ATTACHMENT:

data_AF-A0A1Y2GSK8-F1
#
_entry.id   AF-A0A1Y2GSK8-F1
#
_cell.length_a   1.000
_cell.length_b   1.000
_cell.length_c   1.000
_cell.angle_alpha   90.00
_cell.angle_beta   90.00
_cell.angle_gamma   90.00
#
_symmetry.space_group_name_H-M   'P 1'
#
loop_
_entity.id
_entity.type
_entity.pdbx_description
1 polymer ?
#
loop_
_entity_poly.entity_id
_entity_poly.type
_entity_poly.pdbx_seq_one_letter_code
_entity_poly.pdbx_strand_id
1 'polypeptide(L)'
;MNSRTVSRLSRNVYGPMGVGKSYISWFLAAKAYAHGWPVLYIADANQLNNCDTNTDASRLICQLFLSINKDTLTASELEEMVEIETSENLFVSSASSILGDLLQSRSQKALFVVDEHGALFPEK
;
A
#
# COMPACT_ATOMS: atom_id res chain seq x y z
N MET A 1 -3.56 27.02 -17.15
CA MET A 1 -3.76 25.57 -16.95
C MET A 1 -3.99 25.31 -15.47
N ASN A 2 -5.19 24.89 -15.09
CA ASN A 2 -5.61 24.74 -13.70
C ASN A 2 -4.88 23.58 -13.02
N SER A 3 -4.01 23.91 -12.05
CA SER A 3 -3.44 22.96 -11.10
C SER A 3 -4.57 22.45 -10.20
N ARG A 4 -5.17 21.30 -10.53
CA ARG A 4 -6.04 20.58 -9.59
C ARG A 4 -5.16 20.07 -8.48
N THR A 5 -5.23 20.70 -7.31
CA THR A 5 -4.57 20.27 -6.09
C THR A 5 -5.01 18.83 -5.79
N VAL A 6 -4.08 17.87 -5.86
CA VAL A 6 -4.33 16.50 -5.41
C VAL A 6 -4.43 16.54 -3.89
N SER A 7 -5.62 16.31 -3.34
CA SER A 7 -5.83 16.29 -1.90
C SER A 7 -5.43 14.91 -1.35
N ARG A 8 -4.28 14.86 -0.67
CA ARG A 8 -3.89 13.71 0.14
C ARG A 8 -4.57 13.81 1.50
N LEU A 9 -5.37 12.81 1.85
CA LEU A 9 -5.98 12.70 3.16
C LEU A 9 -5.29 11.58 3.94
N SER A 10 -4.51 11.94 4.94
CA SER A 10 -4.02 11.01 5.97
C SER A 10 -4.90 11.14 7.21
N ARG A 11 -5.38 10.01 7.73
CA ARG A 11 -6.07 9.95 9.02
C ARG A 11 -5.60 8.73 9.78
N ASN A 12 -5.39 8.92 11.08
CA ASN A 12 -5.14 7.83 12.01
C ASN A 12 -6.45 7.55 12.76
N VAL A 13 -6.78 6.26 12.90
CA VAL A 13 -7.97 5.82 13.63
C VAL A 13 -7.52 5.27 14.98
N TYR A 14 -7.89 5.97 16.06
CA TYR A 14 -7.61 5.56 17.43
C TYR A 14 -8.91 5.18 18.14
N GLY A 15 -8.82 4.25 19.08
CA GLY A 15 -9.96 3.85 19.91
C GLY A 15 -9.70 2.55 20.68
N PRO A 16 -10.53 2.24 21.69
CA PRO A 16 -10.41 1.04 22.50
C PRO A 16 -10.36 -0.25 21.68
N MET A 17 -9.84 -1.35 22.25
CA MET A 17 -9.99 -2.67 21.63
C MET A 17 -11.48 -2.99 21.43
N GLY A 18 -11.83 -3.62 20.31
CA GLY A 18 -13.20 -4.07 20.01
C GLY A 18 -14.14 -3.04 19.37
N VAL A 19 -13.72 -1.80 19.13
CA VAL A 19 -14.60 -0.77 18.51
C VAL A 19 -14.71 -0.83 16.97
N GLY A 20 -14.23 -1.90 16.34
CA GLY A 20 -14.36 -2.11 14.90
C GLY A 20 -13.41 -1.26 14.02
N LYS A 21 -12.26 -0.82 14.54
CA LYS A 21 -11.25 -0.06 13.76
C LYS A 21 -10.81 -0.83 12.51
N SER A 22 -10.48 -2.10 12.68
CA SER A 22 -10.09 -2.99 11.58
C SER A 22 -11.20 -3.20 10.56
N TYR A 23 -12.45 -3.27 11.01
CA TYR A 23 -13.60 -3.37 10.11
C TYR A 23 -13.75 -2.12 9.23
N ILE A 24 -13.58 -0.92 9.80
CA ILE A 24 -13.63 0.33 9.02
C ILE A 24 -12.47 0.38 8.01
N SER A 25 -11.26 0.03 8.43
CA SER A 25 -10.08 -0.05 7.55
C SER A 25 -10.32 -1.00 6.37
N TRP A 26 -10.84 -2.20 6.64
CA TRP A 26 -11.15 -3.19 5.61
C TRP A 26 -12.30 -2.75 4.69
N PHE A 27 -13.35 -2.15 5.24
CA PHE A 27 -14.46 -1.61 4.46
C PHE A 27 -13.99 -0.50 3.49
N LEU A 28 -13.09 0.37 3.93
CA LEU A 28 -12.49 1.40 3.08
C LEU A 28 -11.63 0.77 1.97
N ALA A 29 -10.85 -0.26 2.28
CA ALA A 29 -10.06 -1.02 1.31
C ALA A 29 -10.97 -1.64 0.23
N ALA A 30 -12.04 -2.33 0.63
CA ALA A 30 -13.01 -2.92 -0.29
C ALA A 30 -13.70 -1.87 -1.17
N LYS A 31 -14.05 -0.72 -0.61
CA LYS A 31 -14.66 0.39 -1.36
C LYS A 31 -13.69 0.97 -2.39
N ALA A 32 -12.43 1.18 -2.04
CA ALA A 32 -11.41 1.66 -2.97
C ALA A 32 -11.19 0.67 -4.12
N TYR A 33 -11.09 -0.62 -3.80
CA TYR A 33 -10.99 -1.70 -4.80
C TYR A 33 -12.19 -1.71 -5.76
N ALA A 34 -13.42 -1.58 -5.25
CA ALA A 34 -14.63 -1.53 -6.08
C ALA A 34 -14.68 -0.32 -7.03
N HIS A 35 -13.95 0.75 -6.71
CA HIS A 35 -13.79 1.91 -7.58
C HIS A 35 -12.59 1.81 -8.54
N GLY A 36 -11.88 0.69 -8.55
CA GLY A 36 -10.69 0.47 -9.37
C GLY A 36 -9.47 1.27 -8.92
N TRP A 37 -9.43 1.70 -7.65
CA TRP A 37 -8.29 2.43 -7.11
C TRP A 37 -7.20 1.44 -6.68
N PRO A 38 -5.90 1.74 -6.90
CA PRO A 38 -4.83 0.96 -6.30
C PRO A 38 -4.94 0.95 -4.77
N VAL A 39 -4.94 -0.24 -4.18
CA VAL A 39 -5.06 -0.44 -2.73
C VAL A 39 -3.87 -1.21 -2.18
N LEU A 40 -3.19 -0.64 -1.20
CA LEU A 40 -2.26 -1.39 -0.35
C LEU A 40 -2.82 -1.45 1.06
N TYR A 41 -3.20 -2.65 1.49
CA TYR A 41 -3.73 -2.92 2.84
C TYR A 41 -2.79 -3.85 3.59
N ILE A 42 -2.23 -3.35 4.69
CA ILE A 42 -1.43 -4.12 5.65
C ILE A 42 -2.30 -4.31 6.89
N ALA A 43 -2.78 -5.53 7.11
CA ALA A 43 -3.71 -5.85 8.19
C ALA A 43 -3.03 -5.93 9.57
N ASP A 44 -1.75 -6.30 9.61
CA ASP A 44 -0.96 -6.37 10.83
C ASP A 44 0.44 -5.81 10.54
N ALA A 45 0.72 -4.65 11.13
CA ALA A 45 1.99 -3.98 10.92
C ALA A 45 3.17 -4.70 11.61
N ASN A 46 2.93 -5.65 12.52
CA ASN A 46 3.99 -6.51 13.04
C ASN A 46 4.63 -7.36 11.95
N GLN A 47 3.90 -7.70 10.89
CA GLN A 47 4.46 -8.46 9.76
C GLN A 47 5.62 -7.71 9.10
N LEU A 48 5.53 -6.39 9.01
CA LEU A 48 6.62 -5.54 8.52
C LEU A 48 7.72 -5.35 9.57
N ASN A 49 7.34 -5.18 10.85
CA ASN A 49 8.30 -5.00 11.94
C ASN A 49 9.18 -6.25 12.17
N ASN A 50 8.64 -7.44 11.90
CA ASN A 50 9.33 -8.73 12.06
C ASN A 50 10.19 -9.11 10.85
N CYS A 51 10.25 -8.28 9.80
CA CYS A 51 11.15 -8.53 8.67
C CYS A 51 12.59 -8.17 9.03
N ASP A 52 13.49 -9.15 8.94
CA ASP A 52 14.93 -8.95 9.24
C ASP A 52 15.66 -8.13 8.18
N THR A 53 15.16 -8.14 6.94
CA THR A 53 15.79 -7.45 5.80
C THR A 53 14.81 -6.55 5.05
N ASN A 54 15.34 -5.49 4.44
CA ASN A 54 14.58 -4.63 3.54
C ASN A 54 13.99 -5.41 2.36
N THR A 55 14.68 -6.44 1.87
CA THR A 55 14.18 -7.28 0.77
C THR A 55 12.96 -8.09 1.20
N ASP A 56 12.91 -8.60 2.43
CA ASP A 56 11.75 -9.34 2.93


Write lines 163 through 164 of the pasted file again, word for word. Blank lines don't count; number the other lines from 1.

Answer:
N ALA A 45 0.72 -4.65 11.13
CA ALA A 45 1.99 -3.98 10.92